For writers who grew up in the West the landscape is unconsciously woven into our storytelling. It’s natural because that’s what we know. And it’s the thing that makes our western regional literature distinctive.
This past weekend, I was honored to deliver a keynote speech as the featured guest at the annual Authors Lunch, hosted by the Wyoming Library Association at its annual convention. I talked about the role of “place” in western regional literature, such as “Angle of Repose,” “No Country for Old Men,” and “A River Runs Through It” (among many, many more titles).
Place is at the heart of it. Place is about geography, yes. But “place” is a slippery word. You wouldn’t think so, but it is. It combines location, which is just a pinpoint on a map … locale, which is something different from location. It encompasses the tangible, visible elements of a location where people exist and behave … and a sense of place, which is the meaning and feeling that locations and locales evoke in us. Those feelings are diverse and personal.
I illustrated the differences between location, locale, and sense of place this way:
Consider this location: 40 degrees, 42 minutes, 42 seconds NORTH, and 74 degrees 0 minutes 47 seconds WEST. That’s just an abstract spot that we can find on a map, with a contraption you all hold in your hands right now, a smartphone. In my childhood, we taped a world map on the teacher’s bulletin board and stuck colorful little pins in locations that were somehow important to our studies.
Those coordinates—those little pins—also mark a locale. If you stood at that particular spot, maybe you’d see a park, traffic, markets, some churches. You might smell exhaust, maybe hotdogs. Perhaps it’s a street where the sun disappears from the sky sooner than most places, where people come and go in curious, random ways. They pass in and out of our field of vision like ghosts. Maybe they ARE ghosts. But that’s what we might see at that spot, before we have time to form opinions and feelings about those things. That is locale.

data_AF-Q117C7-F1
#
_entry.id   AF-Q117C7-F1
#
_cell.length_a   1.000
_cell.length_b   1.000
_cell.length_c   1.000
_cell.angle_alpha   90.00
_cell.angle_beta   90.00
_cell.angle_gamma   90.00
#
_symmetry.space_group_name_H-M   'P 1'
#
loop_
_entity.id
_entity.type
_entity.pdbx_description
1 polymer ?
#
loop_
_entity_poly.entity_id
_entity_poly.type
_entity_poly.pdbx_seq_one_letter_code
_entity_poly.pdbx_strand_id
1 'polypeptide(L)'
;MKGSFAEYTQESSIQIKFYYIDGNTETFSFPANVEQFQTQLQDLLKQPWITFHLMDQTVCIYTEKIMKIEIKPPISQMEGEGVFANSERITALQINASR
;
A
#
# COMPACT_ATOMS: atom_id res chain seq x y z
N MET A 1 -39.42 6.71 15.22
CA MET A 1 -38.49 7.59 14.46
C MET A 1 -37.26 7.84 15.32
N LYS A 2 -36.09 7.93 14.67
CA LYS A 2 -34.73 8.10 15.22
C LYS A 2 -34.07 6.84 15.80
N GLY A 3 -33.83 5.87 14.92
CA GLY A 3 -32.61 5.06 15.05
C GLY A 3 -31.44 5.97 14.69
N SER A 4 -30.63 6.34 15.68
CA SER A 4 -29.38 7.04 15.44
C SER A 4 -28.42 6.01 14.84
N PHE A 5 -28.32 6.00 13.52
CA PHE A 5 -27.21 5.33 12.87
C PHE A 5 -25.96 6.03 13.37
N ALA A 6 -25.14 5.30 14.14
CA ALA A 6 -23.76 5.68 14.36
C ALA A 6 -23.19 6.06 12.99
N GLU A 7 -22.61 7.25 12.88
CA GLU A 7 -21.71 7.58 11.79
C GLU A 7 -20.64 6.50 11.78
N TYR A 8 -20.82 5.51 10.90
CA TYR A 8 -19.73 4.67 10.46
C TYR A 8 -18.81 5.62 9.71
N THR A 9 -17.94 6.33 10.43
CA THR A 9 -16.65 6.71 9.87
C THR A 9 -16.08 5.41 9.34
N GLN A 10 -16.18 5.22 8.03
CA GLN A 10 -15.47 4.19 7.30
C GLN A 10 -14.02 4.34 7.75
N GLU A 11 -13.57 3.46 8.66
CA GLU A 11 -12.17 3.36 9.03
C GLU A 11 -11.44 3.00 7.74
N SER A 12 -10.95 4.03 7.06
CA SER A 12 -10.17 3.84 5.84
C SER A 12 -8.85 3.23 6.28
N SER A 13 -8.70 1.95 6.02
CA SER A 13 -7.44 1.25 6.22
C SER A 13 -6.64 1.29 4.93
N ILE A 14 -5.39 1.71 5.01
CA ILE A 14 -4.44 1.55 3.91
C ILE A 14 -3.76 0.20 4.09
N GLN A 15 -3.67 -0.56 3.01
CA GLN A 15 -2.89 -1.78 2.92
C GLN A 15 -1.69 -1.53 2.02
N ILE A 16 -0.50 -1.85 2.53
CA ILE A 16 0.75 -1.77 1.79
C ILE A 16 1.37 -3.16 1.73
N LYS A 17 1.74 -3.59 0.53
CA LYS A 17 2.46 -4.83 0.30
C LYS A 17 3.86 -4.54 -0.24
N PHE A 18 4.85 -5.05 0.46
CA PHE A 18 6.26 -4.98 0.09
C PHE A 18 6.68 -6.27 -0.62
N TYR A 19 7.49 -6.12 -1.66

Ah, but those opinions and feelings are what we call a sense of place, the deeper meanings we associate with those little man-made numbers and pins and dots on a map.
So those GPS coordinates I gave you are just numbers. Just a spot on a map. A place where apparently there are ghosts. But those particular numbers?
They mark the spot where the World Trade Centers once stood.
Do you feel how “sense of place” is different from a mere “location”? One you can put your finger on in a map …. the other untouchable, unreachable … maybe even literally unspeakable.
Ron Franscell is the bestselling author of several novels and true crime such as “The Darkest Night” and “Alice & Gerald: A Homicidal Love Story”—all set in the American West.
Cover photo by Sarah Lachise